- Prevent Child Abuse America: Transforming Our Tomorrow: 2021 National Conference, Aug. 10-12
- Children’s Trust: 29th Annual A View from All Sides Virtual Conference, Nov. 4
Please distribute this message widely to ensure that residents of your city or town are aware the Funeral Assistance Benefit Program described below. The program will be presented on the May 18th webinar.
Dear Local Public Health Colleagues
On April 12th, the Federal Emergency Management Agency (FEMA) began accepting applications for its Funeral Assistance Program. The funding for this program was included in the Coronavirus Response and Relief Supplemental Appropriations act of 2021, and the American Rescue Plan Act of 2021.
The FEMA COVID-19 Funeral Assistance program allows for funeral assistance for any COVID-19 related death after January 20, 2020. The program will assist with expenses up to $9,000 per funeral, up to a maximum of $35,000 if applicants are applying for assistance related to more than one death.
Here are some key points about the program:
- FEMA’s call center can be reached Monday – Friday 9 a.m. to 9 p.m. Eastern Time, toll free at 1-844-684-6333, and through TTY at 1-800-462-7585. The call center can take calls in multiple languages.
- There is currently no deadline to apply for this benefit.
- To be eligible for FEMA's funeral assistance benefit, you must meet these conditions:
- The death must have occurred in the United States, including the U.S. territories, and the District of Columbia.
- The death certificate must indicate the death was attributed to COVID-19.
- The applicant must be a U.S. citizen, non-citizen national, or qualified alien who incurred funeral expenses after January 20, 2020.
- There is no requirement for the deceased person to have been a U.S. citizen, non-citizen national, or qualified alien.
- The program is open to all who qualify, regardless of their income.
RESOURCE: We’ve created a webpage with more information about the program, links to FEMA guidance, fact sheets in multiple languages, and information about obtaining or amending a death certificate in Massachusetts: https://www.mass.gov/info-details/covid-19-funeral-assistance. We are sharing this information and asking our partners to do the same to help get the information to residents across the Commonwealth who may benefit from it.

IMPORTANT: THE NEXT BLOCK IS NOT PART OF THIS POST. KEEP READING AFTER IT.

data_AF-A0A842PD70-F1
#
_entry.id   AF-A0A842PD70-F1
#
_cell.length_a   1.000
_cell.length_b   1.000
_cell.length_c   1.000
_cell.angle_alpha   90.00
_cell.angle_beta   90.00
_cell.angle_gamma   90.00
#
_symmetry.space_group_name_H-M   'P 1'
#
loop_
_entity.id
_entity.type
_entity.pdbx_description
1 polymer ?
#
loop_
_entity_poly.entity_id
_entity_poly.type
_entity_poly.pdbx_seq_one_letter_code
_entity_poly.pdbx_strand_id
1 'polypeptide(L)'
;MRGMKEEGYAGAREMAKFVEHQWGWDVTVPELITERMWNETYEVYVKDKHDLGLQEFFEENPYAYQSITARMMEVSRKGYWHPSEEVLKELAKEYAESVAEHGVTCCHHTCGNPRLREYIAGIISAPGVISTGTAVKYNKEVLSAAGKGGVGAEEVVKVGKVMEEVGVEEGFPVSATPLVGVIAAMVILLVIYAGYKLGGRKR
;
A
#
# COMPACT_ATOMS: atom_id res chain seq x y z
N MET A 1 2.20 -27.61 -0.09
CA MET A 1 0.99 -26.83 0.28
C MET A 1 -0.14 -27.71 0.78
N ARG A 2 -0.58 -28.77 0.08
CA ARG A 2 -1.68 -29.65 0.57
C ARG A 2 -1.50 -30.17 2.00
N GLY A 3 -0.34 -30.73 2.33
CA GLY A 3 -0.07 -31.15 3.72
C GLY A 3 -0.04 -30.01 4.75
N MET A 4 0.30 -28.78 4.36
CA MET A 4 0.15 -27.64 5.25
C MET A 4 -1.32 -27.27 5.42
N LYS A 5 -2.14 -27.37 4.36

As with other disaster assistance programs for individuals, FEMA is not able to duplicate benefits received from burial or funeral insurance, financial assistance received from voluntary agencies, government agencies, or other sources. This is a program will be completely managed at the Federal level by FEMA, however the required documentation of a death certificate may involve government and other key stakeholders as the state and local level.
Ron O'Connor, MPH
Director, Office of Local and Regional Health
Massachusetts Department of Public Health
Lisa McCarthy-Licorish, MPH
Senior Coordinator, Local Health Communications
Office of Local and Regional Health
Massachusetts Department of Public Health
More learning opportunities for family support professionals can be found here.
Covid-19 resources for family support professionals can be found here.
The Massachusetts Home Visiting Initiative has a deep commitment to racial justice. Each of these is a collection of articles, books, videos and other materials addressing racial injustice, its impact on families and provides context for moving forward toward a more equitable and just future. Racial justice resource compendiums for family support professionals can be found here.
Free Massachusetts Department of Public Health education publications and other materials are available at the Massachusetts Health Promotion Clearinghouse.
Previous volumes of the MHVI Covid-19 Digests can be found in the State Library of Massachusetts archives.
The Massachusetts Home Visiting Initiative brings this E-Digest to you. If you no longer wish to receive the Digest please send an email to Maxene.Spolidoro@mass.gov Please write unsubscribe in the subject line. If you would like to add someone to our mailing list please send an email to Maxene.Spolidoro@mass.gov; please write new subscriber in the subject line. Visit us at www.mass.gov/dph/homevisiting.
Curator/Publisher: Maxene Spolidoro, MS, Communications Director, MA Dept. of Public Health, Bureau of Family Health and Nutrition
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~ Max Spolidoro
MDPH, Bureau of Family Health and Nutrition
firstname.lastname@example.orgLast updated - 5/17/21